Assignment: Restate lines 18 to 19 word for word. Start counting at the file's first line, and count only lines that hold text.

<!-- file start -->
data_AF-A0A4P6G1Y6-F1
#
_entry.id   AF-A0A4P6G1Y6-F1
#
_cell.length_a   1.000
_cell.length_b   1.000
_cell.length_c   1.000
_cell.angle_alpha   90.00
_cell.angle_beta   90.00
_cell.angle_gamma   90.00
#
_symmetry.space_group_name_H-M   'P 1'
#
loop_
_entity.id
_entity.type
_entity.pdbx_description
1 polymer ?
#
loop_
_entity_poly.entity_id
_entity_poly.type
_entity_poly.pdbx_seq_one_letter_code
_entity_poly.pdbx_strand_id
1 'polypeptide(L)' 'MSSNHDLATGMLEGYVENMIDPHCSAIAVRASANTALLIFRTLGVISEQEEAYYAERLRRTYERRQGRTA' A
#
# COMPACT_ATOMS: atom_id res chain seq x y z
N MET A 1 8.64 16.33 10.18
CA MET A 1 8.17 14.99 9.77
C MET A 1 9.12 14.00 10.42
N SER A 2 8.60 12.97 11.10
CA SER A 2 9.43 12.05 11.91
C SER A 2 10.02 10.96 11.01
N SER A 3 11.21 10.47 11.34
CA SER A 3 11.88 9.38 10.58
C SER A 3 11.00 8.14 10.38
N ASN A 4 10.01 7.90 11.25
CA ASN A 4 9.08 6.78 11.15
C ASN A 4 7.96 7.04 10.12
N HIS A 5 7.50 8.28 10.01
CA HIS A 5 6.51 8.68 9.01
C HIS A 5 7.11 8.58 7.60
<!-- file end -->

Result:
1 polymer ?
#